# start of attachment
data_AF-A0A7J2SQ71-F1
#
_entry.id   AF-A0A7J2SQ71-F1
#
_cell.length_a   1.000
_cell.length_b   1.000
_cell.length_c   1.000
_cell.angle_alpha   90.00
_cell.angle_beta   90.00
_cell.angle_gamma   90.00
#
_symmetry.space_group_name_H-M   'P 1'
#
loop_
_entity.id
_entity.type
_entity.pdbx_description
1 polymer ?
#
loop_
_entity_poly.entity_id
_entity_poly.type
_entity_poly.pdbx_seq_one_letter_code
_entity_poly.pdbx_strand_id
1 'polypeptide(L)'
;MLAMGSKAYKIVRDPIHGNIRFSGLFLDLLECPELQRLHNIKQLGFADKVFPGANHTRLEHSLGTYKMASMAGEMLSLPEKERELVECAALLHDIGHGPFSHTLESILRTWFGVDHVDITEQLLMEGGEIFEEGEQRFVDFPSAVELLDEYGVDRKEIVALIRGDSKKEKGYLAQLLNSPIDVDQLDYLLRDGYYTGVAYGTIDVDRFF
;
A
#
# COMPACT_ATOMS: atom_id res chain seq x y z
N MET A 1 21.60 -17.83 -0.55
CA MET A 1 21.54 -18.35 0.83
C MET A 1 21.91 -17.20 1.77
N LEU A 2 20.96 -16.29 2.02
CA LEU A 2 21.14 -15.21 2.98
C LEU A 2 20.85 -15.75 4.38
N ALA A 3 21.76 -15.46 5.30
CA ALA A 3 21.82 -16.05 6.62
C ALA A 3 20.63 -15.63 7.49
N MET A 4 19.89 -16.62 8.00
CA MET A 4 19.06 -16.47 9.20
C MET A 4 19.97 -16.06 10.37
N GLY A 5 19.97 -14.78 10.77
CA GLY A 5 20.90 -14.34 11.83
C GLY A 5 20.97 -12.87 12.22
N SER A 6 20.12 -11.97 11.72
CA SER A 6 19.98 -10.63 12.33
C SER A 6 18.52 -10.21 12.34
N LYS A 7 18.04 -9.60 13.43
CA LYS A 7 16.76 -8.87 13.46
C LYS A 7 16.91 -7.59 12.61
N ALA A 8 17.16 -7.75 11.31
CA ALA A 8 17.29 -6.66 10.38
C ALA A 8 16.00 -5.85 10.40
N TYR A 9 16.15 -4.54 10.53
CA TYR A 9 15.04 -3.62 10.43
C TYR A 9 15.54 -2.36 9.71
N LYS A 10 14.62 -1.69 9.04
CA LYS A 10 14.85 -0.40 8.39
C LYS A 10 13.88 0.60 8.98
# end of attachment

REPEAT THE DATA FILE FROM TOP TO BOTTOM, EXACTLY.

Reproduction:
data_AF-A0A7J2SQ71-F1
#
_entry.id   AF-A0A7J2SQ71-F1
#
_cell.length_a   1.000
_cell.length_b   1.000
_cell.length_c   1.000
_cell.angle_alpha   90.00
_cell.angle_beta   90.00
_cell.angle_gamma   90.00
#
_symmetry.space_group_name_H-M   'P 1'
#
loop_
_entity.id
_entity.type
_entity.pdbx_description
1 polymer ?
#
loop_
_entity_poly.entity_id
_entity_poly.type
_entity_poly.pdbx_seq_one_letter_code
_entity_poly.pdbx_strand_id
1 'polypeptide(L)'
;MLAMGSKAYKIVRDPIHGNIRFSGLFLDLLECPELQRLHNIKQLGFADKVFPGANHTRLEHSLGTYKMASMAGEMLSLPEKERELVECAALLHDIGHGPFSHTLESILRTWFGVDHVDITEQLLMEGGEIFEEGEQRFVDFPSAVELLDEYGVDRKEIVALIRGDSKKEKGYLAQLLNSPIDVDQLDYLLRDGYYTGVAYGTIDVDRFF
;
A
#
# COMPACT_ATOMS: atom_id res chain seq x y z
N MET A 1 21.60 -17.83 -0.55
CA MET A 1 21.54 -18.35 0.83
C MET A 1 21.91 -17.20 1.77
N LEU A 2 20.96 -16.29 2.02
CA LEU A 2 21.14 -15.21 2.98
C LEU A 2 20.85 -15.75 4.38
N ALA A 3 21.76 -15.46 5.30
CA ALA A 3 21.82 -16.05 6.62
C ALA A 3 20.63 -15.63 7.49
N MET A 4 19.89 -16.62 8.00
CA MET A 4 19.06 -16.47 9.20
C MET A 4 19.97 -16.06 10.37
N GLY A 5 19.97 -14.78 10.77
CA GLY A 5 20.90 -14.34 11.83
C GLY A 5 20.97 -12.87 12.22
N SER A 6 20.12 -11.97 11.72
CA SER A 6 19.98 -10.63 12.33
C SER A 6 18.52 -10.21 12.34
N LYS A 7 18.04 -9.60 13.43
CA LYS A 7 16.76 -8.87 13.46
C LYS A 7 16.91 -7.59 12.61
N ALA A 8 17.16 -7.75 11.31
CA ALA A 8 17.29 -6.66 10.38
C ALA A 8 16.00 -5.85 10.40
N TYR A 9 16.15 -4.54 10.53
CA TYR A 9 15.04 -3.62 10.43
C TYR A 9 15.54 -2.36 9.71
N LYS A 10 14.62 -1.69 9.04
CA LYS A 10 14.85 -0.40 8.39
C LYS A 10 13.88 0.60 8.98